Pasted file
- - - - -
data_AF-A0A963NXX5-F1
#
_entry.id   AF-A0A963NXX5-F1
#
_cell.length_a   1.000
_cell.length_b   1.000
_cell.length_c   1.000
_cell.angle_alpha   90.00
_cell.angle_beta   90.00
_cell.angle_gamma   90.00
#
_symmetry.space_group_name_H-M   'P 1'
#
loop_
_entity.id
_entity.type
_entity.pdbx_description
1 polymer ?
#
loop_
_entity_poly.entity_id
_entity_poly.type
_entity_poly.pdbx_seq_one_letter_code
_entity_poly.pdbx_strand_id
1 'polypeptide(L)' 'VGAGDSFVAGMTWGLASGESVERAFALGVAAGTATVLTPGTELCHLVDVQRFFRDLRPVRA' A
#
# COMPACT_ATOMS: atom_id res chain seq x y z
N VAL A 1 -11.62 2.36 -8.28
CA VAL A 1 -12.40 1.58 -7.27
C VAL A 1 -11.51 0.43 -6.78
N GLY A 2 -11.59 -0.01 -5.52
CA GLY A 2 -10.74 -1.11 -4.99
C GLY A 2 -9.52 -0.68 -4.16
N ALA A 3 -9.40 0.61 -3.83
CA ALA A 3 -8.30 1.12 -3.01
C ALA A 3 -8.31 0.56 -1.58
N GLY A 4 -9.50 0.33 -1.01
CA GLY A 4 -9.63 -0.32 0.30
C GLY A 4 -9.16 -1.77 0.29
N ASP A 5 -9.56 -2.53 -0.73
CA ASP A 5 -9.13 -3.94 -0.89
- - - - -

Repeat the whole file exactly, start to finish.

data_AF-A0A963NXX5-F1
#
_entry.id   AF-A0A963NXX5-F1
#
_cell.length_a   1.000
_cell.length_b   1.000
_cell.length_c   1.000
_cell.angle_alpha   90.00
_cell.angle_beta   90.00
_cell.angle_gamma   90.00
#
_symmetry.space_group_name_H-M   'P 1'
#
loop_
_entity.id
_entity.type
_entity.pdbx_description
1 polymer ?
#
loop_
_entity_poly.entity_id
_entity_poly.type
_entity_poly.pdbx_seq_one_letter_code
_entity_poly.pdbx_strand_id
1 'polypeptide(L)' 'VGAGDSFVAGMTWGLASGESVERAFALGVAAGTATVLTPGTELCHLVDVQRFFRDLRPVRA' A
#
# COMPACT_ATOMS: atom_id res chain seq x y z
N VAL A 1 -11.62 2.36 -8.28
CA VAL A 1 -12.40 1.58 -7.27
C VAL A 1 -11.51 0.43 -6.78
N GLY A 2 -11.59 -0.01 -5.52
CA GLY A 2 -10.74 -1.11 -4.99
C GLY A 2 -9.52 -0.68 -4.16
N ALA A 3 -9.40 0.61 -3.83
CA ALA A 3 -8.30 1.12 -3.01
C ALA A 3 -8.31 0.56 -1.58
N GLY A 4 -9.50 0.33 -1.01
CA GLY A 4 -9.63 -0.32 0.30
C GLY A 4 -9.16 -1.77 0.29
N ASP A 5 -9.56 -2.53 -0.73
CA ASP A 5 -9.13 -3.94 -0.89